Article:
COVENTRY University academic Stephen Dawkins got to meet the 9/11 firefighter whose life he saved after providing bone marrow to him for a transplant.
Sal Parisi, 68, responded on the front line to the terror attacks on 9/11, during which 343 of his Fire Department of New York (FDNY) colleagues were killed.
He was diagnosed with Leukaemia nine years after retirement and believes his condition was linked to the exposure to the devastation caused by the World Trade Center attacks.
Sal said: “You can’t compare that day to anything else, everything was pulverised, all you saw was cement, dust and steel.
“We were at the scene of the attacks until at least midnight that night.
“The biggest thing I can remember was how much my eyes were burning from the contaminated air, not thinking that 17 years later I would have cancer.”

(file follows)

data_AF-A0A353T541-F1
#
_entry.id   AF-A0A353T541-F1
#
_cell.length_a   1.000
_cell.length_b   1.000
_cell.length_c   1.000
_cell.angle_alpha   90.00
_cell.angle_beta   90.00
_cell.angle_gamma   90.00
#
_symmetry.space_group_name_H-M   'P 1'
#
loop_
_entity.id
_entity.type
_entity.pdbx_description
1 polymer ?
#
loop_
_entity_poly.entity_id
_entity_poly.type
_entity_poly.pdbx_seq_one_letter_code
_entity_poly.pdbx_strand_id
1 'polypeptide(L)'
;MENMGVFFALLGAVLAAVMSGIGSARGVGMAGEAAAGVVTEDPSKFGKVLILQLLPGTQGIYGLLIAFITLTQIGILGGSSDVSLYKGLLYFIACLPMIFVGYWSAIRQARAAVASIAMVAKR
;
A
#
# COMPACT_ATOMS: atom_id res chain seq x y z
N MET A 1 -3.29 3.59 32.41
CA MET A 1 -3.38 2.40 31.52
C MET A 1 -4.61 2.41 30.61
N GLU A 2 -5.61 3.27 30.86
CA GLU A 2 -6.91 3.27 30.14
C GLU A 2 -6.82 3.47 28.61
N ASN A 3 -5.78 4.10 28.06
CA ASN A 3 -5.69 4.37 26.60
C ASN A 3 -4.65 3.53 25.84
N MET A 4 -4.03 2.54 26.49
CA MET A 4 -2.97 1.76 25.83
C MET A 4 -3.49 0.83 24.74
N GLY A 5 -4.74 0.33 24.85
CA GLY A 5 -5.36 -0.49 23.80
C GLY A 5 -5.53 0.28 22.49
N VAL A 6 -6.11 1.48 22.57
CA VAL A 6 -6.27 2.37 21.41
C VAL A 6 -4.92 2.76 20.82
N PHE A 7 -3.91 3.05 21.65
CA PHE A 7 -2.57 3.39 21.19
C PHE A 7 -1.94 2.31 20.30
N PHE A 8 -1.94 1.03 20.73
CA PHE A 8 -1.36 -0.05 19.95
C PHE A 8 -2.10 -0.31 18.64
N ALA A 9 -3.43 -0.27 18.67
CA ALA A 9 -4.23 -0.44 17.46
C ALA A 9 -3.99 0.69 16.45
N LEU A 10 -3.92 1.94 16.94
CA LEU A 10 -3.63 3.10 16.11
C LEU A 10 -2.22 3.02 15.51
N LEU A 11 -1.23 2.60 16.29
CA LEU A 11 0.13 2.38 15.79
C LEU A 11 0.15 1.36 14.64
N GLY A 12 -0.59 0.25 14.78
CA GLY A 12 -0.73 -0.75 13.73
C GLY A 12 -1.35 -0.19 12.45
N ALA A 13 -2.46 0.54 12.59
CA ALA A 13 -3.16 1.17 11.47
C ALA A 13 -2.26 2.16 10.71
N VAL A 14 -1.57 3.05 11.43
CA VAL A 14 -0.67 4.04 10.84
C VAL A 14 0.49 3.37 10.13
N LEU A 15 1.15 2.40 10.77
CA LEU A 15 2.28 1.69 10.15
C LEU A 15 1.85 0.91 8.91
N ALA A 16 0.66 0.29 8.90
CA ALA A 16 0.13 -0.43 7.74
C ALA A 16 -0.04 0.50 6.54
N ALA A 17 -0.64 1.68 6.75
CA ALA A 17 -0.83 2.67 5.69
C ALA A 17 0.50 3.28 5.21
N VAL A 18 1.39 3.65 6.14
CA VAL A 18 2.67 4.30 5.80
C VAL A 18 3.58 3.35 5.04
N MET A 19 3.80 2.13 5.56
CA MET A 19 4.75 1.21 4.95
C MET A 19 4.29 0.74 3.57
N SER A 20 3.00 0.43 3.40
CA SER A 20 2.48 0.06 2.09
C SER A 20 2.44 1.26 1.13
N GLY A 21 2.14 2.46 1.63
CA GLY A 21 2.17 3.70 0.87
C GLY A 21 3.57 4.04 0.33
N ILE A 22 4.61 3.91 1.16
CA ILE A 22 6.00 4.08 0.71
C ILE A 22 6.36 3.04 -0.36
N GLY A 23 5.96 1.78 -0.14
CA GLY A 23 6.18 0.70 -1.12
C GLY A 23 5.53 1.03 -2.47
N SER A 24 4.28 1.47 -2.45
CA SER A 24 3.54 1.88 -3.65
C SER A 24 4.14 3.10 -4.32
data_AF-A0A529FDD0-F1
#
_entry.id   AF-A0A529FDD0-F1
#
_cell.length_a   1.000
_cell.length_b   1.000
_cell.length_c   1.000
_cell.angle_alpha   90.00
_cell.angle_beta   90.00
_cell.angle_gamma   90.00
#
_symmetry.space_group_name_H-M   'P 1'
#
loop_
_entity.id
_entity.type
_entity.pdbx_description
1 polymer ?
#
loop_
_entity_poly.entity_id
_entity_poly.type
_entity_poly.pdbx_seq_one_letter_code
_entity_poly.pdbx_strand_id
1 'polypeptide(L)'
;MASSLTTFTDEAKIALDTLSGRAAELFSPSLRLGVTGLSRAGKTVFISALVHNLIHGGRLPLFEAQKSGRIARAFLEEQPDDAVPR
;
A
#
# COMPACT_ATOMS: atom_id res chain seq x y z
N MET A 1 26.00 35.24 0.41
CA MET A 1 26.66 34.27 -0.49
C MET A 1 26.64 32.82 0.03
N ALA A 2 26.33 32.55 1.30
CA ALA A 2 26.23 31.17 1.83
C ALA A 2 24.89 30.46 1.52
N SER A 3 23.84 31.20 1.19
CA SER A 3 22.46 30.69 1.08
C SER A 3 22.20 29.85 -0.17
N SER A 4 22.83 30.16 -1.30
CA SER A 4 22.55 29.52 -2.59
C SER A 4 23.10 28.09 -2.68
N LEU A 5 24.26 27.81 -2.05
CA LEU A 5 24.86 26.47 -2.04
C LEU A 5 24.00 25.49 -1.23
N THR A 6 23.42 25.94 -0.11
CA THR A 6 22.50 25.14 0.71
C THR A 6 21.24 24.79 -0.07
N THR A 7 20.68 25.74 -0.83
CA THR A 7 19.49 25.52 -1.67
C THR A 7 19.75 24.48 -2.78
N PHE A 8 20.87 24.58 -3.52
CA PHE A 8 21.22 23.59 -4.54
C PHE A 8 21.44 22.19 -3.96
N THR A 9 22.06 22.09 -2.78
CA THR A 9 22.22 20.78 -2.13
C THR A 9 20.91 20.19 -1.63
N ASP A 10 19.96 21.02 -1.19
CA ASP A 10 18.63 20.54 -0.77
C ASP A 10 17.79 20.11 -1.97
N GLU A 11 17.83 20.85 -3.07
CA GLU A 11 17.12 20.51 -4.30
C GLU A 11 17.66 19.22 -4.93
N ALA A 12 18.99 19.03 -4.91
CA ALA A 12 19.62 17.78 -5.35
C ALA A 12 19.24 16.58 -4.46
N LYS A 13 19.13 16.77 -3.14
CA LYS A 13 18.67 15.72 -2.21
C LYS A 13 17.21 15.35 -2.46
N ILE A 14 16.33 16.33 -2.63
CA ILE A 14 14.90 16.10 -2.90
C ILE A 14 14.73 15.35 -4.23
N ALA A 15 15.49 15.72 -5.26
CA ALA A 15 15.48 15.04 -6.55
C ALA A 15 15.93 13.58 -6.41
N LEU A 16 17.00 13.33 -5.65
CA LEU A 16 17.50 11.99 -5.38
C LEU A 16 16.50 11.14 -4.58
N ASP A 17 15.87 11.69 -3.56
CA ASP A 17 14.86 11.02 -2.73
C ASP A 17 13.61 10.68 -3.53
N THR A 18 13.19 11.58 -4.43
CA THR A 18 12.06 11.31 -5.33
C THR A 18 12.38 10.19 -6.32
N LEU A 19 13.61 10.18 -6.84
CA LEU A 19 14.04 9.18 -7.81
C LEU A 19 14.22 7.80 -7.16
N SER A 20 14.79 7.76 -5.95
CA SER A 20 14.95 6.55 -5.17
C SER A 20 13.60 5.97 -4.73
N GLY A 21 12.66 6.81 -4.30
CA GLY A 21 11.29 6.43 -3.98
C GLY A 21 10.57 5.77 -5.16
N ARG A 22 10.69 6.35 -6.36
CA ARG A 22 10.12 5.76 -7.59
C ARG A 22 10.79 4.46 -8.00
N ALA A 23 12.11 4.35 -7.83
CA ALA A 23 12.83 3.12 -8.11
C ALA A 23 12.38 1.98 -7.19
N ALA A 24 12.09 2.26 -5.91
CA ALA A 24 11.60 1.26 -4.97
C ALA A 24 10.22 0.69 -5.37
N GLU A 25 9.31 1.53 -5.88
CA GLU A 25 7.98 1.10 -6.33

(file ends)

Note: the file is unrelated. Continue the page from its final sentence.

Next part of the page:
A global search for a compatible bone marrow donor identified Stephen, who is Associate Head of School for Student Experience in Coventry University’s School of Media and Performing Arts, as an almost perfect match.
The transplant was a success thanks to Stephen’s donation and, earlier this month, the pair met up in person for the first time with the FDNY arranging a special ceremony to mark the occasion.
All six of Sal’s grandchildren were born before his diagnosis and he said thanks to Stephen’s donation he has got to see them grow up.
Stephen said the experience was amazing and felt he and Sal had got on like old friends.
“It didn’t hit home that giving my bone marrow would save someone’s life until I met Sal in person.
“I would urge anybody who can to donate blood and donate bone marrow.
“Donating bone marrow is a relatively simple process, it was just two days of my life, but it was for the rest of somebody else’s life.”
Anyone in the UK wanting to join the Bone Marrow Register can visit bbmr.co.uk/joining-the-register/ to sign up.